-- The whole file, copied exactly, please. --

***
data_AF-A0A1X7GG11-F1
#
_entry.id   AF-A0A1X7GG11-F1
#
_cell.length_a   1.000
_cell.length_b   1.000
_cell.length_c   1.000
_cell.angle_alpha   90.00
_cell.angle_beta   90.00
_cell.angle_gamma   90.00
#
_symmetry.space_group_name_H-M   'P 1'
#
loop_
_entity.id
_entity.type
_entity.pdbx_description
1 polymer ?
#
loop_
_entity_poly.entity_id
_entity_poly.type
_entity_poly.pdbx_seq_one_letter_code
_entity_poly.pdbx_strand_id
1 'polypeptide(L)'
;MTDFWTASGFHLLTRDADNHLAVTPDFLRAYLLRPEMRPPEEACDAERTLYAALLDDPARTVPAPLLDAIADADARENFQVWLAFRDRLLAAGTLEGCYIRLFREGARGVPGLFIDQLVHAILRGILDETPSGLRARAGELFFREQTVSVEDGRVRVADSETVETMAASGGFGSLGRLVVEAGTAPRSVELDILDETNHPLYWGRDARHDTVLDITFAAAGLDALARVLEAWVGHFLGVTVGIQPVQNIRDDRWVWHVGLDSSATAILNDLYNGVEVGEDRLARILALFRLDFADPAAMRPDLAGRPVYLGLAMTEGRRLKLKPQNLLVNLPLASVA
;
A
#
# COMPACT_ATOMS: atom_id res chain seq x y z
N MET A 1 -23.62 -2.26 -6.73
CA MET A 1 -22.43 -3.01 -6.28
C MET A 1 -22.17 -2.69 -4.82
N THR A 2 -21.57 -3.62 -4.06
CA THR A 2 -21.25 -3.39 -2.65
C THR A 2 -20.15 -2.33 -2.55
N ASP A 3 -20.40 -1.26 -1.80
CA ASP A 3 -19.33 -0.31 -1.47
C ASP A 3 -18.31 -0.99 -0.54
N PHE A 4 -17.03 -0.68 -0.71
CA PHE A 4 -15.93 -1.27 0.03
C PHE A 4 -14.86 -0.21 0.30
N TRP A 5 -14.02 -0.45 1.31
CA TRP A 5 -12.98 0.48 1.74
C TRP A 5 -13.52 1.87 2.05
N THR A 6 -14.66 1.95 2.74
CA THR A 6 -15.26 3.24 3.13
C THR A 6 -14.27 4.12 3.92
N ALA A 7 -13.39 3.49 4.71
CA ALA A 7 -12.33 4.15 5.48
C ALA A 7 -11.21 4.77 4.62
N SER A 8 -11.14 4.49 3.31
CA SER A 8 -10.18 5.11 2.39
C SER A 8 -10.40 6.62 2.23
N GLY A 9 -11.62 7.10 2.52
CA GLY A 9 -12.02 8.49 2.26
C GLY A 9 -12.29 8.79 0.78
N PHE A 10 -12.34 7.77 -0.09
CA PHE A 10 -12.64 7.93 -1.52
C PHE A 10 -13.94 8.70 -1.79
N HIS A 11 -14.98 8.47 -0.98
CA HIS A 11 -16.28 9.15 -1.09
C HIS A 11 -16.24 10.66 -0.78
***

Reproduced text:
data_AF-A0A1X7GG11-F1
#
_entry.id   AF-A0A1X7GG11-F1
#
_cell.length_a   1.000
_cell.length_b   1.000
_cell.length_c   1.000
_cell.angle_alpha   90.00
_cell.angle_beta   90.00
_cell.angle_gamma   90.00
#
_symmetry.space_group_name_H-M   'P 1'
#
loop_
_entity.id
_entity.type
_entity.pdbx_description
1 polymer ?
#
loop_
_entity_poly.entity_id
_entity_poly.type
_entity_poly.pdbx_seq_one_letter_code
_entity_poly.pdbx_strand_id
1 'polypeptide(L)'
;MTDFWTASGFHLLTRDADNHLAVTPDFLRAYLLRPEMRPPEEACDAERTLYAALLDDPARTVPAPLLDAIADADARENFQVWLAFRDRLLAAGTLEGCYIRLFREGARGVPGLFIDQLVHAILRGILDETPSGLRARAGELFFREQTVSVEDGRVRVADSETVETMAASGGFGSLGRLVVEAGTAPRSVELDILDETNHPLYWGRDARHDTVLDITFAAAGLDALARVLEAWVGHFLGVTVGIQPVQNIRDDRWVWHVGLDSSATAILNDLYNGVEVGEDRLARILALFRLDFADPAAMRPDLAGRPVYLGLAMTEGRRLKLKPQNLLVNLPLASVA
;
A
#
# COMPACT_ATOMS: atom_id res chain seq x y z
N MET A 1 -23.62 -2.26 -6.73
CA MET A 1 -22.43 -3.01 -6.28
C MET A 1 -22.17 -2.69 -4.82
N THR A 2 -21.57 -3.62 -4.06
CA THR A 2 -21.25 -3.39 -2.65
C THR A 2 -20.15 -2.33 -2.55
N ASP A 3 -20.40 -1.26 -1.80
CA ASP A 3 -19.33 -0.31 -1.47
C ASP A 3 -18.31 -0.99 -0.54
N PHE A 4 -17.03 -0.68 -0.71
CA PHE A 4 -15.93 -1.27 0.03
C PHE A 4 -14.86 -0.21 0.30
N TRP A 5 -14.02 -0.45 1.31
CA TRP A 5 -12.98 0.48 1.74
C TRP A 5 -13.52 1.87 2.05
N THR A 6 -14.66 1.95 2.74
CA THR A 6 -15.26 3.24 3.13
C THR A 6 -14.27 4.12 3.92
N ALA A 7 -13.39 3.49 4.71
CA ALA A 7 -12.33 4.15 5.48
C ALA A 7 -11.21 4.77 4.62
N SER A 8 -11.14 4.49 3.31
CA SER A 8 -10.18 5.11 2.39
C SER A 8 -10.40 6.62 2.23
N GLY A 9 -11.62 7.10 2.52
CA GLY A 9 -12.02 8.49 2.26
C GLY A 9 -12.29 8.79 0.78
N PHE A 10 -12.34 7.77 -0.09
CA PHE A 10 -12.64 7.93 -1.52
C PHE A 10 -13.94 8.70 -1.79
N HIS A 11 -14.98 8.47 -0.98
CA HIS A 11 -16.28 9.15 -1.09
C HIS A 11 -16.24 10.66 -0.78